“Shocked” over the magnitude of alleged illegal iron ore exports by private companies in the southern Indian state of Karnataka, the country’s Supreme Court today said it wants to explore the possibility of punishing the guilty parties within six months.
The Times of India reports that a bench of judges, lead by Aftab Alam, have asked the Central Empowered Committee (CEC) to suggest viable alternatives to ensure illegal miners are convicted and called for a new hearing on the matter on September 7.
S.R. Hiremath, founder of the National Committee for Protection of Natural Resources, which has been fighting against illegal iron ore mining in the state of Bellary, was quoted by the Steel Guru criticizing the both the Supreme Court and CEC involvement in the matter.
“The Supreme Court-appointed Central Empowered Committee seems to have forgotten its mandate. It is more interested in reviving mining, rather than protecting environment in mining-ravaged areas of the state,” said Hiremath.
Since 2011, when the Court banned mining in certain Indian states, the iron ore-mining sector has been moving towards a crisis situation.
The ban, originally planned to stifle illegal mining, has seen other iron rich nations like Australia and Brazil fill the gap that was left after Karnataka, the World's No. 3 supplier, was barred from exporting any of its reserve.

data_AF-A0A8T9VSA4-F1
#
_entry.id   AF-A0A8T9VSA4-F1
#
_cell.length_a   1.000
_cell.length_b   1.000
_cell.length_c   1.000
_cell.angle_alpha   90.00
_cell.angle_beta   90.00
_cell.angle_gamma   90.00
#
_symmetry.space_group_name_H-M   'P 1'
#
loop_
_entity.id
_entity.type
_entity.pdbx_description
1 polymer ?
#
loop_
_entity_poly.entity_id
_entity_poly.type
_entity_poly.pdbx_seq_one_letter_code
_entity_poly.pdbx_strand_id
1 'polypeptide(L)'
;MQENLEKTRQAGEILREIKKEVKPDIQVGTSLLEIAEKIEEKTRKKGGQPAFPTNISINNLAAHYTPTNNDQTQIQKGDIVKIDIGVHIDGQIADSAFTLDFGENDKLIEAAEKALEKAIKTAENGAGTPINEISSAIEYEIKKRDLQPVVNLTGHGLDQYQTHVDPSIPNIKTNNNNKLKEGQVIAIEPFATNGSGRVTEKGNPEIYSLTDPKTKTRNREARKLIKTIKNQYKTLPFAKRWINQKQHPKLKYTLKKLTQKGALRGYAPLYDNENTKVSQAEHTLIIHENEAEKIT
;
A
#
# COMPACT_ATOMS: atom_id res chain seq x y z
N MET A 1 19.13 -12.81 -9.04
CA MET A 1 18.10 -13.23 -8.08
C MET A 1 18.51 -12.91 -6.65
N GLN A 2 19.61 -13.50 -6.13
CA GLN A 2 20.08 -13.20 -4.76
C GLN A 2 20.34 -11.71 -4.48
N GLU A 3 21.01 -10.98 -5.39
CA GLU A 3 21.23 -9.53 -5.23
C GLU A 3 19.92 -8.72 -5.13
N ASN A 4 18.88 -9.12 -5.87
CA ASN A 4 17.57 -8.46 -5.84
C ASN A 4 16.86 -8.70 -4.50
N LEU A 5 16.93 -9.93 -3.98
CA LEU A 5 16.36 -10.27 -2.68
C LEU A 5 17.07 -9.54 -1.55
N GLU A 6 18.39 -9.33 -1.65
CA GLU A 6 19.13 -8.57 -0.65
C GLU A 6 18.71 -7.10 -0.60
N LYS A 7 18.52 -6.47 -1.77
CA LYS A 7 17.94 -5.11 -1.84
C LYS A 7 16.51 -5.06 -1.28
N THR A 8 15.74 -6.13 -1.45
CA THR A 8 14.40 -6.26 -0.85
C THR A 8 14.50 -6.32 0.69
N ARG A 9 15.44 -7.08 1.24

“Iron ore supply, both domestic and for export in 2012, has been severely impacted by the ban,” writes market analyst Sohrab Darabshaw.
“Companies involved in mining activities were also worried since the ban was affecting their production and thus their bottom lines. The second round of lifting of the mining ban will in turn lift up their operations,” he adds.
The ban was altered in April 2012 by the Supreme Court to allow certain mining operations to continue. But, to date, the state government has chosen not to implement the court order nor have they approved a new mine in over 20 years.
Image: Labourers transport coke to a local distribution point outside an illegal mine in India. Photo by Tom Pietrasik